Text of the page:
Vectors are confusing me. I'm not sure if I'm doing it right

  • Thread starter josh12399
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  • #1
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Homework Statement


Charge q1 = +8.36 μC is fixed at the origin and charge q2 = -4.28μC is fixed on the +x-axis, 0.371m from the origin.

(a) Find the direction and magnitude of the electric field at a point P that has coordinates (0.466, 0.466) m.

(b) Find the direction and magnitude of the force on a -2.00 μC charge placed at the point P. (Please state the direction as an angle measured counterclockwise from the positive x-axis.)

Homework Equations


E = Kq/r^2

The Attempt at a Solution



Find θ1 = atan(0.466/0.466) = 45 degrees
θ2 = atan(0.466/0.095) = 78.48 degrees

I figured you just add the two vectors. For some reason I dont know how to... What is confusing me is that a can't use -4.28μC, for example, as the actual value. I think I need to use E=kq/r2 Here's what the diagram looks like

I really appreciate any help


EDIT:

I got the first part. It is attached
Would the second part just be F=Eq?

[/B]
 

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Answers and Replies

  • #2
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You should review this as its important.

Bascially convert the two vectors into components along the x and y axis and go from there.
 
  • #3
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You should review this as its important.

Bascially convert the two vectors into components along the x and y axis and go from there.
But what values should I be using?
 
  • #4
SammyS
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Homework Statement


Charge q1 = +8.36 μC is fixed at the origin and charge q2 = -4.28μC is fixed on the +x-axis, 0.371m from the origin.

(a) Find the direction and magnitude of the electric field at a point P that has coordinates (0.466, 0.466) m.

(b) Find the direction and magnitude of the force on a -2.00 μC charge placed at the point P. (Please state the direction as an angle measured counterclockwise from the positive x-axis.)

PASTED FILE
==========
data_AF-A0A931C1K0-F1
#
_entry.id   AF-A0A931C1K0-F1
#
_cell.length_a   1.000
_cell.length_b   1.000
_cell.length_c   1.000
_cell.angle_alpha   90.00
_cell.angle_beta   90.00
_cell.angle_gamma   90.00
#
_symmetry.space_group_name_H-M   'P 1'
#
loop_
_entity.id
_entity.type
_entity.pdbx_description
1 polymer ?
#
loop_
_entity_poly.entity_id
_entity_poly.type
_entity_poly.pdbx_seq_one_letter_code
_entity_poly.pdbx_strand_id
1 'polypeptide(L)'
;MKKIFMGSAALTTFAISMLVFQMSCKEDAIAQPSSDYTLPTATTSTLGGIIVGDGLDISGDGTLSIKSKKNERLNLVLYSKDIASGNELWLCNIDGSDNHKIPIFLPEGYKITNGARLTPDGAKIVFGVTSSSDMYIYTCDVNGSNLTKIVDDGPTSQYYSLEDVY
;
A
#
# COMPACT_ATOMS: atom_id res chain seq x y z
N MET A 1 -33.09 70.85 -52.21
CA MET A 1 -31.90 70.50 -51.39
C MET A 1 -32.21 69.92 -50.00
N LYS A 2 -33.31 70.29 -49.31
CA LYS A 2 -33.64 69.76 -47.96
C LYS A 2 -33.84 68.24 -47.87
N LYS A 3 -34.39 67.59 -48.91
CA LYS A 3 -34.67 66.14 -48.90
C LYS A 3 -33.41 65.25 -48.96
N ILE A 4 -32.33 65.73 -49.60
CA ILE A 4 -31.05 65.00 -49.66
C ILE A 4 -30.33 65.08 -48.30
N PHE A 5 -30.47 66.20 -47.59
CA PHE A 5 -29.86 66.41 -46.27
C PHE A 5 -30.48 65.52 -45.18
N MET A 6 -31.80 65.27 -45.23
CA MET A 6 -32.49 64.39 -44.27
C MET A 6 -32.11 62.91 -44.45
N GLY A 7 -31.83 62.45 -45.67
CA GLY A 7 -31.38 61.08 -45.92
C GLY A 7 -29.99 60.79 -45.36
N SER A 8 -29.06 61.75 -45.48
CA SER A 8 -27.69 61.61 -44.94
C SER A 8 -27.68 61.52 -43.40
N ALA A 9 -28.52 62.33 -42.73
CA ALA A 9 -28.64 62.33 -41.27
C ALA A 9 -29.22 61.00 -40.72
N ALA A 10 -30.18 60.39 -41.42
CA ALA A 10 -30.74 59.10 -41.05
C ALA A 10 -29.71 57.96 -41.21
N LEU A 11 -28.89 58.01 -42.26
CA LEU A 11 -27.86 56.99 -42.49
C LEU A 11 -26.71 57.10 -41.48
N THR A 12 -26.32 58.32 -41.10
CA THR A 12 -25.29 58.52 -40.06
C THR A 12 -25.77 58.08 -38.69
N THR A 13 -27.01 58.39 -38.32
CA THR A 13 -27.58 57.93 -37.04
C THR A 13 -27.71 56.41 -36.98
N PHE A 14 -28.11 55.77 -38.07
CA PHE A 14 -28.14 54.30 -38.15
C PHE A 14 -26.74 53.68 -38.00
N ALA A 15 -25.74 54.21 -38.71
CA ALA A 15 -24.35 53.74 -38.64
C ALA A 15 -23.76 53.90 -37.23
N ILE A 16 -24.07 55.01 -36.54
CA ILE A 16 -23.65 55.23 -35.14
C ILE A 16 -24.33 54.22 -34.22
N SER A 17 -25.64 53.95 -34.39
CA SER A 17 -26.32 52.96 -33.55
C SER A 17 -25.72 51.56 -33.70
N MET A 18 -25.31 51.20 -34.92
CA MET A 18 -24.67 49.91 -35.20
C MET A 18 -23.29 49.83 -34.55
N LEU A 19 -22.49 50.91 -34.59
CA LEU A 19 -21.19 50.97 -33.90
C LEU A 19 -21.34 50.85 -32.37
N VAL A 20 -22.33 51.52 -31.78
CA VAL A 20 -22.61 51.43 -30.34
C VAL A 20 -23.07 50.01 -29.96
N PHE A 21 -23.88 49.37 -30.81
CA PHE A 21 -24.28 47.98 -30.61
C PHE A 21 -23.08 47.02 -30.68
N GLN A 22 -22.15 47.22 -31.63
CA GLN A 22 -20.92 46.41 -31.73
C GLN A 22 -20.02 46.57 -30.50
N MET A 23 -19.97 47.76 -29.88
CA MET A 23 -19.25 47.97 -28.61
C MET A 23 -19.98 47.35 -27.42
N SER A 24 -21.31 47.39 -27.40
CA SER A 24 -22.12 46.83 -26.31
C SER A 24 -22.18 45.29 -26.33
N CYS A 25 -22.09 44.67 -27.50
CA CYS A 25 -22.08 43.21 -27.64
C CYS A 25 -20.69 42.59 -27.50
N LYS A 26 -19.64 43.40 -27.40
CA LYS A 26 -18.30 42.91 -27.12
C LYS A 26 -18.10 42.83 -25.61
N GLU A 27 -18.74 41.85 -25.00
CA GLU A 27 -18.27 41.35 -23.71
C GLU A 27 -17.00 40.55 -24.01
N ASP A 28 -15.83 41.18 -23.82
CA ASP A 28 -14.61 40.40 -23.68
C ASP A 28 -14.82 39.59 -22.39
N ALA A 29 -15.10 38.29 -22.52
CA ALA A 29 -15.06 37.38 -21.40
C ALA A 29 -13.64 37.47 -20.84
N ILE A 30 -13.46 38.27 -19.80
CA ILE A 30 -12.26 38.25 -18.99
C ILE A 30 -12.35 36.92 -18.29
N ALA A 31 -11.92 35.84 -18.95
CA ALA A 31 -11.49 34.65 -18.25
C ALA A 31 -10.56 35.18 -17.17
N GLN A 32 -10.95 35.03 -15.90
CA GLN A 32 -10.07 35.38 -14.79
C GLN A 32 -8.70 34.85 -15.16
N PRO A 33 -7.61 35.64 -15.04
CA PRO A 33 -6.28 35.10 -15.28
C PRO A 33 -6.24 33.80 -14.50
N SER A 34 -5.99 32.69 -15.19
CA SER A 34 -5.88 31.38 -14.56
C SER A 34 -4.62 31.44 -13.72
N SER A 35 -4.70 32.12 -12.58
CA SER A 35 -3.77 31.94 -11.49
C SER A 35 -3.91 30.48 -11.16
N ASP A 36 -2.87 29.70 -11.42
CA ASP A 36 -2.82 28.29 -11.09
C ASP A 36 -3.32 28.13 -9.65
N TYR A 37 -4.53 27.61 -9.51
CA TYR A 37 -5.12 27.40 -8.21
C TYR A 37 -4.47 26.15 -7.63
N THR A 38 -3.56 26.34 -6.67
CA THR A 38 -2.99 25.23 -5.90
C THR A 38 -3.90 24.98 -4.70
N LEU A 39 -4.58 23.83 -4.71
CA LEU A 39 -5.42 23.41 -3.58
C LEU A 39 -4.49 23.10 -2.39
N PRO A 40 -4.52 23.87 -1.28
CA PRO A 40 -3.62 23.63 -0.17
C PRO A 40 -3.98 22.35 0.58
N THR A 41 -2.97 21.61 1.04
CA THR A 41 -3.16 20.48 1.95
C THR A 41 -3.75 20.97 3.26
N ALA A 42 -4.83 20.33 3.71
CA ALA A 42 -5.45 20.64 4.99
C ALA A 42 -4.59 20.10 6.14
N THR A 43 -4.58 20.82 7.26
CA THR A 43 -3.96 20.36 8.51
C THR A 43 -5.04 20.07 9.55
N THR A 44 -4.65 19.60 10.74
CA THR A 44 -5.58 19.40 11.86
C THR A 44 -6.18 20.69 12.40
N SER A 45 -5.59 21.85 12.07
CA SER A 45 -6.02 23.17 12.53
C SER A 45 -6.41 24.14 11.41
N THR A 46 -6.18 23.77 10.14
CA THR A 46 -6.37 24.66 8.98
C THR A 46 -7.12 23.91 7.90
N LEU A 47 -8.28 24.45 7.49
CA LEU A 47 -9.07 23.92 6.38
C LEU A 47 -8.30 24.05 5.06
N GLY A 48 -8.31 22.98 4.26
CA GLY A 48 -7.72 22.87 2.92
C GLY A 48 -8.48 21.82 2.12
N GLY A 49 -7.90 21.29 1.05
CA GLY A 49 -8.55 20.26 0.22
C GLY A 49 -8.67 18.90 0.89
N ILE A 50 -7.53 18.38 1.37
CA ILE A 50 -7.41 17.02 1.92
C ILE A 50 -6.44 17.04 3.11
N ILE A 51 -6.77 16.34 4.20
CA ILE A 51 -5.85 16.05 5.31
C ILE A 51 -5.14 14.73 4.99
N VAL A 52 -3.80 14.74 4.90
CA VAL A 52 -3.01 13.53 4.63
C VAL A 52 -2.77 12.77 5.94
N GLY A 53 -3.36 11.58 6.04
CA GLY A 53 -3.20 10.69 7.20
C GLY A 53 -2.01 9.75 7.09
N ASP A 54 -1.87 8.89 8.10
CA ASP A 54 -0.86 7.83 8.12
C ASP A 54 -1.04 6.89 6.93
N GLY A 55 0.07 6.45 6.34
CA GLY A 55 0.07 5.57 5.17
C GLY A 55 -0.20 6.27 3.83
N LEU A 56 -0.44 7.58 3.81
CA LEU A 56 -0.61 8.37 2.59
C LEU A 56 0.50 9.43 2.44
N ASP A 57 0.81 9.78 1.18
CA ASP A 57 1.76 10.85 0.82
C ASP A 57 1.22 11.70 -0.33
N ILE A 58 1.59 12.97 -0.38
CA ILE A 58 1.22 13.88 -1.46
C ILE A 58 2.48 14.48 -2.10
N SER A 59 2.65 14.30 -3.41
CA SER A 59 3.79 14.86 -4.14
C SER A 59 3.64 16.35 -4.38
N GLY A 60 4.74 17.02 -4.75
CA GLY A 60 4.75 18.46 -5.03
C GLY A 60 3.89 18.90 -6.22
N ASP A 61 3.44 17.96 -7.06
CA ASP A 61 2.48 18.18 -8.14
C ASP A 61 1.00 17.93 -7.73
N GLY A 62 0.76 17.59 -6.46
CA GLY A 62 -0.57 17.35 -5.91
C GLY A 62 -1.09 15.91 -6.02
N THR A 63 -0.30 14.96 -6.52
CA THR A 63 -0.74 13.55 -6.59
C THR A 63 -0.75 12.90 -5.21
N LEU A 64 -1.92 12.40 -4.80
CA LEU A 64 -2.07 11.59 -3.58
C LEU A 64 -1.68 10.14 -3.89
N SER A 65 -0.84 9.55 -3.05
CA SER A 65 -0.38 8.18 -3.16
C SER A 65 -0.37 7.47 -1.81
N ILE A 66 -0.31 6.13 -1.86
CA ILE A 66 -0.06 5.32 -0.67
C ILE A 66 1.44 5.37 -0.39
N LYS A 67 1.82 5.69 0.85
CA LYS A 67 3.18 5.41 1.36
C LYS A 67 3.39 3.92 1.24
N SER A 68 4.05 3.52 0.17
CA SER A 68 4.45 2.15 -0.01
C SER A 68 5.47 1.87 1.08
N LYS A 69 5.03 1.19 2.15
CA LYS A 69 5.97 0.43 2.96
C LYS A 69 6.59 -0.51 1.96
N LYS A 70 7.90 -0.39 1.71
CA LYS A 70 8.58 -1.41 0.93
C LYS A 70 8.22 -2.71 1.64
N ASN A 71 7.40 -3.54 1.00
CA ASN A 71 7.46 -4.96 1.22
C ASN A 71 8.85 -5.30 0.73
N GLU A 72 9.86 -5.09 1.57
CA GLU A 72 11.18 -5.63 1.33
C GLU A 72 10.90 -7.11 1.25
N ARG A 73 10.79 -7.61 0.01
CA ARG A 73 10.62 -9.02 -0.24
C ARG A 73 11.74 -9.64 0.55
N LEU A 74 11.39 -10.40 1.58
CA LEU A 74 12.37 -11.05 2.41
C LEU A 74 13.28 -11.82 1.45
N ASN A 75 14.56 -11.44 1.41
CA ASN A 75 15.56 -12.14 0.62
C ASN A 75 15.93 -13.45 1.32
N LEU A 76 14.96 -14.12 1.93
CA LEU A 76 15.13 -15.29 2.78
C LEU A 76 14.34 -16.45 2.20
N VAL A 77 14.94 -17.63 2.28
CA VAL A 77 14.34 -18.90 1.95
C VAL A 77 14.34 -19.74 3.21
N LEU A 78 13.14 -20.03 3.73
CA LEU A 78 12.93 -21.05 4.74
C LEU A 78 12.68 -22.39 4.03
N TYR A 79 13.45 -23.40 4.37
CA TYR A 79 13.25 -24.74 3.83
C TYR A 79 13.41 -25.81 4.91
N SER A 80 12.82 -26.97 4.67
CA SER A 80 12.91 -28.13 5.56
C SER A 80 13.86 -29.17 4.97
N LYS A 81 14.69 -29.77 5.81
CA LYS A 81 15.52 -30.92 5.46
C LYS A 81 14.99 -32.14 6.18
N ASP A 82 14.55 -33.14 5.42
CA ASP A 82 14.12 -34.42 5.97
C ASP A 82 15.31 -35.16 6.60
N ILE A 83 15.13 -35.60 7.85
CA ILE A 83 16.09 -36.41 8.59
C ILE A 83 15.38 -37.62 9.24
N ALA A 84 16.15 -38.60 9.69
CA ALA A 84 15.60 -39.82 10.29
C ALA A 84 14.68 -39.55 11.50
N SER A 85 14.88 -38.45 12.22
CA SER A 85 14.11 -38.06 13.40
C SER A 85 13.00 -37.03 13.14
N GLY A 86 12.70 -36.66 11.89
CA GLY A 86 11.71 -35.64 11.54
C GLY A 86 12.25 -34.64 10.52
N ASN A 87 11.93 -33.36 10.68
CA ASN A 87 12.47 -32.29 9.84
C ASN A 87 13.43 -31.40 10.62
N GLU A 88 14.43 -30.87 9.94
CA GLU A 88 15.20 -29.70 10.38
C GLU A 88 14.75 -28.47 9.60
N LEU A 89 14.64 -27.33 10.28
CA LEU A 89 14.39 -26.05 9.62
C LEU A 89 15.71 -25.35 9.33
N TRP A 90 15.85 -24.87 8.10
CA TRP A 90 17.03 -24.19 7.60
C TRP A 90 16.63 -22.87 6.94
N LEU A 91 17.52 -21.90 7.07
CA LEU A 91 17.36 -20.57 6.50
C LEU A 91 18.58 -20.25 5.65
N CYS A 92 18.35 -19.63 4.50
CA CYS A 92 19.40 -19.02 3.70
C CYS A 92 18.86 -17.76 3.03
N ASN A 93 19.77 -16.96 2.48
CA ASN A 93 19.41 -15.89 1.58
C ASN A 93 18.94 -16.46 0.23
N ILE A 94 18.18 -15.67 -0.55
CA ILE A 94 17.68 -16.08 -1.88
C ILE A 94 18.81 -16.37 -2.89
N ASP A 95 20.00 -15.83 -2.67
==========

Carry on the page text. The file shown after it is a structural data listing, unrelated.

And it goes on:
Homework Equations


E = Kq/r^2

The Attempt at a Solution



Find θ1 = atan(0.466/0.466) = 45 degrees
θ2 = atan(0.466/0.095) = 78.48 degrees

I figured you just add the two vectors. For some reason I dont know how to... What is confusing me is that a can't use -4.28μC, for example, as the actual value. I think I need to use E=kq/r2 Here's what the diagram looks like

I really appreciate any help
[/B]
Hello josh12399 . Welcome to PF .

upload_2016-7-17_20-51-58.png


The resultant you have for E1 + E2 looks to be correct providing that you used correct magnitudes for E1 and E2. (You have placed the vectors in a rather unusual position relative to point P.)

What did you get for the magnitudes of E1 and E2 ?
 
  • #5
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Hello josh12399 . Welcome to PF .

View attachment 103390

The resultant you have for E1 + E2 looks to be correct providing that you used correct magnitudes for E1 and E2. (You have placed the vectors in a rather unusual position relative to point P.)

What did you get for the magnitudes of E1 and E2 ?
To be honest I have no idea what to use for the magnitude. I tried a bunch of different things and got totally different answers.

I thought of splitting them up into EX1, EY1, EX2 and EY2, but I don't know what the actual magnitude should be. Should it be (k*q*cosθ)/r2 for the x and (k*q*sinθ)/r2 for the y?
 
  • #6
SammyS
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To be honest I have no idea what to use for the magnitude. I tried a bunch of different things and got totally different answers.

I thought of splitting them up into EX1, EY1, EX2 and EY2, but I don't know what the actual magnitude should be. Should it be (k*q*cosθ)/r2 for the x and (k*q*sinθ)/r2 for the y?
Use the following:
E = Kq/r2
for the electric field (magnitude) due to each charge.
 
  • #7
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Use the following:

for the electric field (magnitude) due to each charge.
For each component (x and y)? Or should I just use the pythagorean theorem to find the diagonal distance from the charge to P?
 
  • #8
SammyS
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For each component (x and y)? Or should I just use the Pythagorean theorem to find the diagonal distance from the charge to P?
... just use the Pythagorean theorem to find the diagonal distance from the charge to P
 
  • #9
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... just use the Pythagorean theorem to find the diagonal distance from the charge to P
E1 = 1.730*105 N/C
E2 = -1.701*105 N/C

Now I take the X and Y components using sine and cosine?
 
  • #10
SammyS
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E1 = 1.730*105 N/C
E2 = -1.701*105 N/C

Now I take the X and Y components using sine and cosine?
Yes.
 

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